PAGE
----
When you first arrive in North Korea, as the bus carries you from Pyongyang Sunan International Airport into the capital city, the first things you notice are the orderly streets devoid of litter, the architecture that combines the monumental with the mundane, and the almost complete lack of shops and advertisements. Another glaring difference is the uniformity of the clothes that people wear; the fashion seemingly plucked from 1950s imagery of a Korean socialist utopia. Except this is reality and 2017. The sense of being on a giant movie set, with people wearing prop costumes, is the uncanny feeling you carry when walking around the surreal streets of Pyongyang. For North Koreans however, this is simply their daily life, and although the fashion appears to be a conformist vision of communist drabness, it is in fact changing – and changing fast. To outsiders, a North Korean woman wearing high heels, make-up and carrying a designer bag might seem ordinary, but those minor details speak volumes about a society that is subtly breaking new cultural ground, while still remaining heavily controlled.
The North Korean government exerts an enormous amount of control and influence on the lives and decisions of its people. One of those controls is fashion, or more simply, how people are allowed to dress. North Korea is a system which emphasises ideological single-minded unity. It is a theatre state, to which the people are expected to all play a part. While Young North Koreans have the same vices, desires and ambitions as a lot of young people in any other society – including the need to look, and feel, sexy.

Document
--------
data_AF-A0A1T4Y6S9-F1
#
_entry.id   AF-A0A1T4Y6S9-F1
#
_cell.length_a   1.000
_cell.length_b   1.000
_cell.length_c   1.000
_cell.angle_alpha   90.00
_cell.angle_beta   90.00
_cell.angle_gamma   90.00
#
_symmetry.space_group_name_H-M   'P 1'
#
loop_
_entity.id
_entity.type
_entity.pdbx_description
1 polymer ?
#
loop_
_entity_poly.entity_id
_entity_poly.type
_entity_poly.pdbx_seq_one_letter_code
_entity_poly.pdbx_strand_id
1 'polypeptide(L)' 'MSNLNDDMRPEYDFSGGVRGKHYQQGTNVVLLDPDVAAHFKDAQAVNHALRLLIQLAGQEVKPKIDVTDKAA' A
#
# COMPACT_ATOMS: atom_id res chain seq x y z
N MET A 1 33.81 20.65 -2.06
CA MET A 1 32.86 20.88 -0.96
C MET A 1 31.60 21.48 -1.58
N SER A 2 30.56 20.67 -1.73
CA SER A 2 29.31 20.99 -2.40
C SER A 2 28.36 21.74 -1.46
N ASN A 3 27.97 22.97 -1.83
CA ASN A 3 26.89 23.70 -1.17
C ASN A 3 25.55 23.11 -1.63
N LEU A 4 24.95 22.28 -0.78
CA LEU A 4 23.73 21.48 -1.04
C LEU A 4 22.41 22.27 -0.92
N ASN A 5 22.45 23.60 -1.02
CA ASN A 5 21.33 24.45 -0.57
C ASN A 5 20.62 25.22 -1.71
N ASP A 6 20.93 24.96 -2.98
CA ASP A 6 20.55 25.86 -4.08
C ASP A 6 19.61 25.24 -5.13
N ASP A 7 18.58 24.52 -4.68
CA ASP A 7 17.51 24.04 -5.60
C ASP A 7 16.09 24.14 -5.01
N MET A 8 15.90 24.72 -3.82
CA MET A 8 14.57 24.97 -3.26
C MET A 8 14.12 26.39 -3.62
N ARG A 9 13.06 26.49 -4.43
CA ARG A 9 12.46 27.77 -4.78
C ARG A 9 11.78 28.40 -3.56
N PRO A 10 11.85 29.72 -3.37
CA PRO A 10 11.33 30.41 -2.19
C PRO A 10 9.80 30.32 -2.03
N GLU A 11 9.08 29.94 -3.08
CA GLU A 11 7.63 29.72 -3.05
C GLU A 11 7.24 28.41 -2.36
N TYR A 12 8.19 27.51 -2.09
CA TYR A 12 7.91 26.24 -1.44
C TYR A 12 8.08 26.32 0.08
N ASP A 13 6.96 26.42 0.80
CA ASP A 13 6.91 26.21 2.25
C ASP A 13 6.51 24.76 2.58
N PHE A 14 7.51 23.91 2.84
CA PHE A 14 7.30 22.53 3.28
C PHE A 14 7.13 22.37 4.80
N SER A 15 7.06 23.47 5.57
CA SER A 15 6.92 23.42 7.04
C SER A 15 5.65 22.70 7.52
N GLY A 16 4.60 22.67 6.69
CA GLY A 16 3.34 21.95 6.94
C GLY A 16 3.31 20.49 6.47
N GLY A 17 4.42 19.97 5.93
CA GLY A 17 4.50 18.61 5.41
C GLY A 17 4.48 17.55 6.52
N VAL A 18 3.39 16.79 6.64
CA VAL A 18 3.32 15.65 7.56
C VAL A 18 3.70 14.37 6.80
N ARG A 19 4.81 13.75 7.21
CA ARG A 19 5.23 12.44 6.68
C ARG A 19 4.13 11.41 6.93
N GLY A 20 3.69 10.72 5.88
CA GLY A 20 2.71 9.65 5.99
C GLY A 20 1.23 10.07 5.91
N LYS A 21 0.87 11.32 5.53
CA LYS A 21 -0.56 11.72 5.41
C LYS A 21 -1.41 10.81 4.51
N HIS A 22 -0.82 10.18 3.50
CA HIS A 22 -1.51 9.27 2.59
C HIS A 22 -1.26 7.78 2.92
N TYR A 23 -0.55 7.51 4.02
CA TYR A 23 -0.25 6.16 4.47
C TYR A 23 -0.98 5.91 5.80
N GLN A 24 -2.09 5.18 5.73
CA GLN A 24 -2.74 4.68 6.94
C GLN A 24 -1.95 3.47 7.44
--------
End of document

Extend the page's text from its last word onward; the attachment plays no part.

North Korea still has strict limits when it comes to sartorial expression. Jeans for example have to be black (and preferably half-disguised with a long coat), as blue denim is seen as a symbol of America, a country that, along with Japan, is a sworn enemy of the state and thus the people. Skirts must be knee-length; men’s hair must be short and dyed hair is unacceptable (although some get away with claiming brown hair to be their natural colour). Until very recently, bright colours, high heels, earrings and any kind of tight clothing were almost never seen, especially with the fashion police patrolling the streets.
However, if you can read this post, then you are lucky not to be in North Korea now. You are free to wear whatever you want, you are free to chose cute, chic, trendy and adorable fashionable Korea fashion jewelry from us.